Nothing sells better than the manifestation of exclusivity
Let’s get something straight. While there may be good reason to be angry about new revelations related to our civil liberties, arguing over whether NSA leaker Edward Snowden is a traitor or a hero isn’t where our focus should be.
Right before our eyes we’re watching ground being broken for a new marketplace: our recent national lack-of-privacy fear just created a commercial demand for PRIVACY™
The conservative drumbeat that ObamaCare, Benghazi, the IRS scandal, and the Justice Department’s seizure of journalists’ phone records represent expanded abusive government and/or a “continuation of policies” is a diversion. And CNN’s idiotic prizefights between privacy advocates and backers of the doozy that started it all – the Patriot Act, are distracting millions from the real government data collection issue. In fact, the part of this week’s surveillance state revelations that stinks the most is the one thing we’re not hearing about: money.
Fact is, telecom corporations don’t need to listen to your phone calls for you to fear they’re listening to your phone calls. They only need you to think that the tools and laws are in place in order to sell you a federally guaranteed “communication plan” or Internet “privacy.” Yup: this whole controversy is about the future of the Internet and monetizing our civil liberties. Anyone who thinks differently is naïve – or not paying attention. (On the other hand, considering that sales of Orwell’s 1984 rose by 7,000% this week, at least some are trying to widen their perception.)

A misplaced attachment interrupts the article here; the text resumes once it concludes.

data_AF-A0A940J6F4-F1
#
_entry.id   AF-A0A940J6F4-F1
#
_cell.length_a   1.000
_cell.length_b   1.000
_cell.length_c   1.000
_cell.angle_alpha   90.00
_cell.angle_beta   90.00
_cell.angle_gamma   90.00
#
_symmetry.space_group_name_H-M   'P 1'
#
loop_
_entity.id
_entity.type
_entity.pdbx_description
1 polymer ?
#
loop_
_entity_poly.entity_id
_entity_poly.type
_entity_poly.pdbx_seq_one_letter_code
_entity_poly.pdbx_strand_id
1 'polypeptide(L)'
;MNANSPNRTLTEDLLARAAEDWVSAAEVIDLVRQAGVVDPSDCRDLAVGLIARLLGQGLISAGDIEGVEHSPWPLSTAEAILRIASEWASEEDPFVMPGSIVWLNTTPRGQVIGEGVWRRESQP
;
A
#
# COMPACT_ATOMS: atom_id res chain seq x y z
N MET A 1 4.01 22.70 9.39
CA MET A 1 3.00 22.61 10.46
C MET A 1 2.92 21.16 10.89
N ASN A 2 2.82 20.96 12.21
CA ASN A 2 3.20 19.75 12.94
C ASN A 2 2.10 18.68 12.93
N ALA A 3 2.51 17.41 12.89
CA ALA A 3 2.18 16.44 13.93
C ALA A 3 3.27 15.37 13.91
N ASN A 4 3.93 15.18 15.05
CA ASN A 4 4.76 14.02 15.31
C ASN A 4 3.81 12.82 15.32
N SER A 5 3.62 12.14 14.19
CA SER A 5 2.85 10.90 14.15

Think about who and what the government is in 2013: it’s corporate lobbyists enticing Senators and Congressmen to do their bidding with an intensity America has never seen. It’s agency after agency abusing its authority or hiring hookers. It’s fine print, booby-trapped legislation that is somehow more yawn inducing than ever (to the point that not even representatives end up reading it). We may be a government by the people and for the people, but more government “people” than we can count are scrambling out the door with the furniture and silverware – especially if you count corporations as people.
And corporations, as we know, are fundamentally after all the money in the galaxy. So make some sucker think he’s getting something extra, and he’ll pay you for it, right? My position is that this very thinking will soon be applied to privacy. So welcome to the kick-off. Giant telecom companies and other government-influencing conglomerates have a worldwide grip on how we live, breathe, and die. How can anyone say we aren’t governed by corporations, when they’re handed seventy percent of the national intelligence budget!?
Keeping some people out always guarantees someone else will pay to get in, which makes it likely that, in just a few short years, folks who want to get on the Internet will need a government permit to do so. Then, if you want to look at a website originating in Prague, your request will require a jump on three different servers to get you there. Naturally, you’ll going to be charged for all three jumps. And they’ll be there to collect.